Negative portrayal of disabled people in films promotes discrimination: Supreme Court

The Uncut

New Delhi. The Supreme Court on Monday said that stereotyping of persons with disabilities in visual media and films promotes discrimination and inequality. The apex court said that such language which humiliates persons with disabilities, further marginalizes them and increases the barriers to their social participation should be carefully considered.

A bench headed by Chief Justice DY Chandrachud said that words create institutional discrimination and words like ‘crippled’ and ‘mentally challenged’ have a ‘low status’ connotation in the social perception about persons with disabilities. The apex court said on the framework of the portrayal of persons with disabilities in the visual media that they contribute to negative self-image and perpetuate discriminatory attitudes and practices in society.

He said, “Language that individualizes disability and ignores disabling social barriers (for example words like suffering, pain) should be avoided or should be adequately marked as language contrary to the social norm.” This decision was given on a petition filed by Nipun Malhotra. Malhotra had said that derogatory words have been used for Divyangjan in the Hindi film ‘Aankh Micholi’.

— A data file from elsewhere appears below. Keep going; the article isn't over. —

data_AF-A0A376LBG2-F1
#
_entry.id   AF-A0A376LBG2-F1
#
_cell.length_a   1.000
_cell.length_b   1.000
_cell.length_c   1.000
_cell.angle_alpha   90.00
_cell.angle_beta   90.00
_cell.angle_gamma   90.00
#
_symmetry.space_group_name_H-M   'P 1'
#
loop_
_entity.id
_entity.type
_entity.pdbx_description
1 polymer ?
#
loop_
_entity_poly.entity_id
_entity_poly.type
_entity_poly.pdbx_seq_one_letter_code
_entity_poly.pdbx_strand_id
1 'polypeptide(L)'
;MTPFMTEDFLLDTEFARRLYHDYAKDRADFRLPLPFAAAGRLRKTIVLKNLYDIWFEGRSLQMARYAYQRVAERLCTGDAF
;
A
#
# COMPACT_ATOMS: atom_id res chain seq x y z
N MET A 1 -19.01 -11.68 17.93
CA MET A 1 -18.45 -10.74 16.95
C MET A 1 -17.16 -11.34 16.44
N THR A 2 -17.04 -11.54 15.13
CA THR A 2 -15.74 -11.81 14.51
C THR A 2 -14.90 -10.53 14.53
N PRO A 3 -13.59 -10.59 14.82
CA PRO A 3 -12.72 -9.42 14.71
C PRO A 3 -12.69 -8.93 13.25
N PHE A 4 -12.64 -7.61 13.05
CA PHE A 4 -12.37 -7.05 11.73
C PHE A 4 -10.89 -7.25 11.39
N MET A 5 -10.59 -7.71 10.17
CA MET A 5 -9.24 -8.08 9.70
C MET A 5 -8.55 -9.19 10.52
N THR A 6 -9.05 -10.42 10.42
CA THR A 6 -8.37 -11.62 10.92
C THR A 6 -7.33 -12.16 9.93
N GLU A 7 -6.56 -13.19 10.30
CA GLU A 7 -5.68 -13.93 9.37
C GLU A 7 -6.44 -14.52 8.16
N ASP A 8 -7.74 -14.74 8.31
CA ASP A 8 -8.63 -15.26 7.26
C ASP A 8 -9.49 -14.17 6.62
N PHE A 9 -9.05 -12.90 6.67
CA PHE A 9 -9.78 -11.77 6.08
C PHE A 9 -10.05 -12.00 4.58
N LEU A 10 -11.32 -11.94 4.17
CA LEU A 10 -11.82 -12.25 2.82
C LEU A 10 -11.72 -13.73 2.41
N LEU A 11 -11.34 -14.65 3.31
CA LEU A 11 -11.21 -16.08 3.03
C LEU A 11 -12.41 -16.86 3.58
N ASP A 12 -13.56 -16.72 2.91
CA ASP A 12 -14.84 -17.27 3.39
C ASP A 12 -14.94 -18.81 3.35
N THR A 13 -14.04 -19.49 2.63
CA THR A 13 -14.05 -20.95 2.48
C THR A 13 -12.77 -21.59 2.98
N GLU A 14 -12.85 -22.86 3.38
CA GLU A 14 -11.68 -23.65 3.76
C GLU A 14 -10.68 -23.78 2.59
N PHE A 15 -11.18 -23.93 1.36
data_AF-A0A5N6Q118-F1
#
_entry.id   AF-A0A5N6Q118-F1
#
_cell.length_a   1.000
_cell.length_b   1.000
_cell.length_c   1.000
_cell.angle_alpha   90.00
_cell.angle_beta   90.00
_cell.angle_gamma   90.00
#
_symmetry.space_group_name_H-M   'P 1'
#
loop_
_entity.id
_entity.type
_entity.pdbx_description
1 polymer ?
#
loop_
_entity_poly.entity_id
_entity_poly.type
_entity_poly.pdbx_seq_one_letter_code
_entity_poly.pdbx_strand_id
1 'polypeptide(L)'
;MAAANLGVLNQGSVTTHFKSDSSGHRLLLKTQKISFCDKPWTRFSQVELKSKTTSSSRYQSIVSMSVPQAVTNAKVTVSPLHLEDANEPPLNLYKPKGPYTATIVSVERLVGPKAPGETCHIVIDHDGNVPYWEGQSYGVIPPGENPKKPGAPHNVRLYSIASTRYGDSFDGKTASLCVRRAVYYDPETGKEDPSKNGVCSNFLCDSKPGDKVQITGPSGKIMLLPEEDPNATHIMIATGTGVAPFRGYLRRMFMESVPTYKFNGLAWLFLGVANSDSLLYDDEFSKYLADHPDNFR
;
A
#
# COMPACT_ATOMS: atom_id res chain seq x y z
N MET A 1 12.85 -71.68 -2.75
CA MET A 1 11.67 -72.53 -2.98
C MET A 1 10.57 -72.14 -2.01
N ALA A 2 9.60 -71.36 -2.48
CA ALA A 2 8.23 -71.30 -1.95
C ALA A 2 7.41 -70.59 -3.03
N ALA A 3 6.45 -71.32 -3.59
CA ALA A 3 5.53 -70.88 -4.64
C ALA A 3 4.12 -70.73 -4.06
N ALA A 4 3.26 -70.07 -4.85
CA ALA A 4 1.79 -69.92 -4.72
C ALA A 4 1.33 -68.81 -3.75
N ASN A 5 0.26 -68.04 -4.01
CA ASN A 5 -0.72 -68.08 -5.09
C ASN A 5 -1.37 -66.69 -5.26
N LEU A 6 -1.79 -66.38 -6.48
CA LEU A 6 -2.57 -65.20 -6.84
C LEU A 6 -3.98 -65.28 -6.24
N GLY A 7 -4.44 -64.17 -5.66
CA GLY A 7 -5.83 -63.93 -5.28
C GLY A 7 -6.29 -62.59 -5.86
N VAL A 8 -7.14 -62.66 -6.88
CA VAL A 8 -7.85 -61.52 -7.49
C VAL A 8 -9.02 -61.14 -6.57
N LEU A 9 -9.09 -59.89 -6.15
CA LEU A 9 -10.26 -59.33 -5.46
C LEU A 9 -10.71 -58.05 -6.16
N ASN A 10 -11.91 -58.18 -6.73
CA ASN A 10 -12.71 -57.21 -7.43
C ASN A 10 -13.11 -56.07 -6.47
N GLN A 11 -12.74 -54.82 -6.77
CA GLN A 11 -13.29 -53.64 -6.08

While delivering the verdict, a bench headed by Chief Justice DY Chandrachud said, “Words create institutional discrimination and words like ‘crippled’ and ‘mentally challenged’ are considered inferior in social perceptions about people with disabilities.” The bench laid down several guidelines and said that the Central Board of Film Certification (CBFC) should seek the opinion of experts before giving permission to show the film.
It says, “Visual media should strive to portray the diverse realities of persons with disabilities. It should showcase not only their challenges but also their successes, talents and contributions to society. They should neither be ridiculed nor presented as exceptional on the basis of myths.”

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